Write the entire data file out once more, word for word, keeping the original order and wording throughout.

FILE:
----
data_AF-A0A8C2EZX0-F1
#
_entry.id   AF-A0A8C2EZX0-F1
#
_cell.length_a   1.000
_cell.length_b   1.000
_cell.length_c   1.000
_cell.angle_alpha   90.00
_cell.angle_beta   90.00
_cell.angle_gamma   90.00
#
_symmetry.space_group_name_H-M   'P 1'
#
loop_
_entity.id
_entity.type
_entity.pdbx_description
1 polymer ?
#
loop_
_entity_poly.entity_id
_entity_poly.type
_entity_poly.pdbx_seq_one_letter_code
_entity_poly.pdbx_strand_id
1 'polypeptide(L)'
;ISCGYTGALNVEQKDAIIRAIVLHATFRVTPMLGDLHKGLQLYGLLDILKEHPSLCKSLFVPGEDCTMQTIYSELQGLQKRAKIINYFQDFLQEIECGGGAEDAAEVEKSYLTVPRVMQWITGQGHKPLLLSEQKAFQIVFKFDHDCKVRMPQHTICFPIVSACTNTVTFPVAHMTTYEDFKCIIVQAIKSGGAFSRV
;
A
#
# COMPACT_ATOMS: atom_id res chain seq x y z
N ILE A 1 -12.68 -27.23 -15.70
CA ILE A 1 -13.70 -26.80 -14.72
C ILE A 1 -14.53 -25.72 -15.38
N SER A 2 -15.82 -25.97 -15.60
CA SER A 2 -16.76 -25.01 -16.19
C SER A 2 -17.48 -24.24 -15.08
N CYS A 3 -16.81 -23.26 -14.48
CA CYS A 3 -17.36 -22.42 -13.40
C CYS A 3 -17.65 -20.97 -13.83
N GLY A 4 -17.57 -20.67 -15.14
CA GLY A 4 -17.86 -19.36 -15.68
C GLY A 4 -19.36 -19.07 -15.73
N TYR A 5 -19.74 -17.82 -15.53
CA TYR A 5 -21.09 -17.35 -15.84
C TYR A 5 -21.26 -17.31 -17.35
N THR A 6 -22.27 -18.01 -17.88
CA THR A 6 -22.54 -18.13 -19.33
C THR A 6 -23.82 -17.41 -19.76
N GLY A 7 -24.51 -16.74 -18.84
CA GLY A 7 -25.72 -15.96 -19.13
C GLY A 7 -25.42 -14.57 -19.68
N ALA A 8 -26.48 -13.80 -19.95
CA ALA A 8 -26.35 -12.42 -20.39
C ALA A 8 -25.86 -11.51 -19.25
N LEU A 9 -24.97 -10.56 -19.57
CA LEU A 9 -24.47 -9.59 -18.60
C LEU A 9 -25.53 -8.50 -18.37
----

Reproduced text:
data_AF-A0A8C2EZX0-F1
#
_entry.id   AF-A0A8C2EZX0-F1
#
_cell.length_a   1.000
_cell.length_b   1.000
_cell.length_c   1.000
_cell.angle_alpha   90.00
_cell.angle_beta   90.00
_cell.angle_gamma   90.00
#
_symmetry.space_group_name_H-M   'P 1'
#
loop_
_entity.id
_entity.type
_entity.pdbx_description
1 polymer ?
#
loop_
_entity_poly.entity_id
_entity_poly.type
_entity_poly.pdbx_seq_one_letter_code
_entity_poly.pdbx_strand_id
1 'polypeptide(L)'
;ISCGYTGALNVEQKDAIIRAIVLHATFRVTPMLGDLHKGLQLYGLLDILKEHPSLCKSLFVPGEDCTMQTIYSELQGLQKRAKIINYFQDFLQEIECGGGAEDAAEVEKSYLTVPRVMQWITGQGHKPLLLSEQKAFQIVFKFDHDCKVRMPQHTICFPIVSACTNTVTFPVAHMTTYEDFKCIIVQAIKSGGAFSRV
;
A
#
# COMPACT_ATOMS: atom_id res chain seq x y z
N ILE A 1 -12.68 -27.23 -15.70
CA ILE A 1 -13.70 -26.80 -14.72
C ILE A 1 -14.53 -25.72 -15.38
N SER A 2 -15.82 -25.97 -15.60
CA SER A 2 -16.76 -25.01 -16.19
C SER A 2 -17.48 -24.24 -15.08
N CYS A 3 -16.81 -23.26 -14.48
CA CYS A 3 -17.36 -22.42 -13.40
C CYS A 3 -17.65 -20.97 -13.83
N GLY A 4 -17.57 -20.67 -15.14
CA GLY A 4 -17.86 -19.36 -15.68
C GLY A 4 -19.36 -19.07 -15.73
N TYR A 5 -19.74 -17.82 -15.53
CA TYR A 5 -21.09 -17.35 -15.84
C TYR A 5 -21.26 -17.31 -17.35
N THR A 6 -22.27 -18.01 -17.88
CA THR A 6 -22.54 -18.13 -19.33
C THR A 6 -23.82 -17.41 -19.76
N GLY A 7 -24.51 -16.74 -18.84
CA GLY A 7 -25.72 -15.96 -19.13
C GLY A 7 -25.42 -14.57 -19.68
N ALA A 8 -26.48 -13.80 -19.95
CA ALA A 8 -26.35 -12.42 -20.39
C ALA A 8 -25.86 -11.51 -19.25
N LEU A 9 -24.97 -10.56 -19.57
CA LEU A 9 -24.47 -9.59 -18.60
C LEU A 9 -25.53 -8.50 -18.37